- But Rip Tenor in his alter-ego as columnist Art Kumbalek also tries our patience on a regular basis – how many years has it been since "what the fock?" was funny? The sad state of the SE is exemplified by the fact that Tenor-as-Kumbalek regularly acts as the Shepherd's cuddly mascot in area bars.
- Too often, the personal staff indulgences are just embarrassing. Take the fingernails-on-a-chalkboard annoyance of social butterflies Boris and Doris, who some misbegotten editor at the SE apparently thinks are interesting as they relate who went to what Eastside house party or benefit or whatever – complete with the revelers’ names bold-faced. I keep hoping it’s a parody, but it’s not.
- The paper recently added a regular travel column that hardly expands our knowledge of the world ("Jamaica and Arizona are perfect winter destinations"! "Wisconsin Dells Dazzles"!).
- The arts and entertainment pages suffer from inconsistency of what to cover and an apparent lack of writing talent to cover it. Sometimes, concerts will be reviewed after the fact, most times not. Reviews of CDs seem to be governed by the niche interests of whoever is writing the review (says the former Fine Arts writer who used to hog all the Costello and Springsteen reviews back at the Cardinal). There is a focus on local artists and under-covered areas like theater, dance and classical get their due, but the writers seldom are able to express anything but admiration for the effort.
- I can’t remember the last time I was able to get through a Dave Luhrssen movie review.
- I mean, most "alternative" papers are at least able to get the fine arts stuff right. The Shepherd arts coverage suffers badly in comparison to the Onion, which managed to produce top-flight movie and music reviews even before it went national. Even the Onion's local content is far better written and more interesting.
- The "news" pages, such as they are, consist of a bits-and-pieces review of the previous week and whatever cover-feature story dominates the issue. The paper seems reluctant to take a firm stand on anything and hasn't broken a major news story in Milwaukee since, well, never. It offers oh-so-serious endorsements during election season, with no indication the rest of the year why we should care what the Shepherd thinks.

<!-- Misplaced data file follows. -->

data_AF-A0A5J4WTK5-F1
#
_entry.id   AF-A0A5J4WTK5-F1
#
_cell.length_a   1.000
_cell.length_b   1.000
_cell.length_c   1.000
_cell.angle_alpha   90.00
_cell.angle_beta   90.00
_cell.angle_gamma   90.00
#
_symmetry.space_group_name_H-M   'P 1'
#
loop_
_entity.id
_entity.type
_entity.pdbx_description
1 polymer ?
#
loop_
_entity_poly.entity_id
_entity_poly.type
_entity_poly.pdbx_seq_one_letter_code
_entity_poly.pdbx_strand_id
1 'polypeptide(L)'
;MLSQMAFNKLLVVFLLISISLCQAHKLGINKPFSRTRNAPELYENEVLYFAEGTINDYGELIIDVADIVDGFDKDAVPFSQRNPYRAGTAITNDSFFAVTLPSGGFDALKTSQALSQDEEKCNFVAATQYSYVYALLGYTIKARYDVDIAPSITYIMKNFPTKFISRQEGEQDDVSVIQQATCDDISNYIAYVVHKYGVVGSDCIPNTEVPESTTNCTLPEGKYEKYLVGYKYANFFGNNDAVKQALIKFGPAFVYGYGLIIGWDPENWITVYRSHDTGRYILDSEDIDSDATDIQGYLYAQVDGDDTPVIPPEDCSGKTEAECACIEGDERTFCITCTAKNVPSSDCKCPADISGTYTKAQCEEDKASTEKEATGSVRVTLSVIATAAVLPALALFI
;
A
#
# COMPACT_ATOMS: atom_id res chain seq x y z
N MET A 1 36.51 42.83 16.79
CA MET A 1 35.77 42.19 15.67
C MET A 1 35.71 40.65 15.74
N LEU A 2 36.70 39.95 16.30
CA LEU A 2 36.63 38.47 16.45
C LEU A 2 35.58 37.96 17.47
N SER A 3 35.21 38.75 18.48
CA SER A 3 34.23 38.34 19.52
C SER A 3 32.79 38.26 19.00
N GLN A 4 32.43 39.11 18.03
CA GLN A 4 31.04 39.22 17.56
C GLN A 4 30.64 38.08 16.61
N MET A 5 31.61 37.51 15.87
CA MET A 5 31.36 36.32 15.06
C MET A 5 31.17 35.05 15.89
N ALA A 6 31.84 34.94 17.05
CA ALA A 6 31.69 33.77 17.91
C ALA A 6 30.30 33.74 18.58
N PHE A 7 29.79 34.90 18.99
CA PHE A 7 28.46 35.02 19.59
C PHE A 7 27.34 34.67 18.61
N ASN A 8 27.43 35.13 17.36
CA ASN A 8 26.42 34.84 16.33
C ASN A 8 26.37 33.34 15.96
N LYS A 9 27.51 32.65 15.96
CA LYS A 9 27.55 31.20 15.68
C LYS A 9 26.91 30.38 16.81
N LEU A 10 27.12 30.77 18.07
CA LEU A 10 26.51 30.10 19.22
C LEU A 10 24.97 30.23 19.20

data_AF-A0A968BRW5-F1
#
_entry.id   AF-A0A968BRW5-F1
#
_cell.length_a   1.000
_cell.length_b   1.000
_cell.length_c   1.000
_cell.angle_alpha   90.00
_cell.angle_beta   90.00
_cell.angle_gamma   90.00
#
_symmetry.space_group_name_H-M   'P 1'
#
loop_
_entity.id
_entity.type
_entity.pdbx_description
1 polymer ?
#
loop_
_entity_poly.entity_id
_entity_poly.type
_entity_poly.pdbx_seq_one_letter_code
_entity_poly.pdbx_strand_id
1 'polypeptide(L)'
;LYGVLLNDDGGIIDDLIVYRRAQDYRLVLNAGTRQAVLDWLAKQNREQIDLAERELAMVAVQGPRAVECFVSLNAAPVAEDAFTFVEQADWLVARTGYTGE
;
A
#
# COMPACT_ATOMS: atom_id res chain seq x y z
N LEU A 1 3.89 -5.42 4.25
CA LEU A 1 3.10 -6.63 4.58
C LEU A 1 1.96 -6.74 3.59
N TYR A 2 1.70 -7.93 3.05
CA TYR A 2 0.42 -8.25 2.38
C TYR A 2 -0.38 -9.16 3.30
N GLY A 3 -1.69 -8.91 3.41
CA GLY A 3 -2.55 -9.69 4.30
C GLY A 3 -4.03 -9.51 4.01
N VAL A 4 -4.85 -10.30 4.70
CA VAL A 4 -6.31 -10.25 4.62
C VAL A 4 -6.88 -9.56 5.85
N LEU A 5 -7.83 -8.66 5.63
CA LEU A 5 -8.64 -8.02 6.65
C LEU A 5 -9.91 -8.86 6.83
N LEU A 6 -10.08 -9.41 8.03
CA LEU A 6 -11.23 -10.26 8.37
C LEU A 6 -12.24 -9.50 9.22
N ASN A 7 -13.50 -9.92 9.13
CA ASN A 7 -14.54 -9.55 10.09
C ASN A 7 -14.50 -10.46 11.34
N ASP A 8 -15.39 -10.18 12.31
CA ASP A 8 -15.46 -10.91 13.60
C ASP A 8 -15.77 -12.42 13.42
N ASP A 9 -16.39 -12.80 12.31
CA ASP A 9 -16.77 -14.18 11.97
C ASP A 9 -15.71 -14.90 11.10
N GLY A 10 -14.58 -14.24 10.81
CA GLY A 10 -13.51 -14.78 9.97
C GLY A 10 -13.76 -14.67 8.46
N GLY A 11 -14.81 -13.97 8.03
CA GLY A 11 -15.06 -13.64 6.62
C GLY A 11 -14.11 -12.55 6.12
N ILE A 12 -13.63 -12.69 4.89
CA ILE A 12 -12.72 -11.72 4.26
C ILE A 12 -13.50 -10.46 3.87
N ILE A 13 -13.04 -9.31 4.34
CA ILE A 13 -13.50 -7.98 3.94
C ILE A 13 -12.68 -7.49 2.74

- Every damn article in the non-A&E parts of the paper ends with a juvenile "what’s your take?" tag-line. It kind of takes the edge off of, say, a Joe Conason column (Conason’s OK, but he’s no Molly Ivins – R.I.P.). We all know we can write to the editor. Why mess with the flow of McNally's annual anti-deer-hunting column by having the editor barge in at the end asking for comment?
- The new back-page classifieds is titled Bizarre Bazaar. Really. How bizarre is it, man? Is this the best we can do with ironic dissonance after 25 years?
I don’t mean to be so hard on the Shepherd Express. I always assume that – except for the inclusion of Boris and Doris – they are trying to do their best. But holding the mantle of the alternative weekly in a major city carries with it some responsibility. The internet now allows us to get some alternative perspective into play, but it’s nothing like the power of a well-distributed newspaper with a full-time staff.
If Madison can produce a quality product like Isthmus (its hard-news section led, not coincidentally, by Shepherd veteran Bill Lueders), Milwaukee should be able to pull together something that at least is not a laughing stock – or vulnerable to rear-guard attacks like the Journal Company’s frivolous but youth-demographic-targeted MKE. As it is, the Shepherd Express exists as a placeholder in the market, like an upscale Weekly Shopper. It could and should be so much more.
Ahem. What's your take?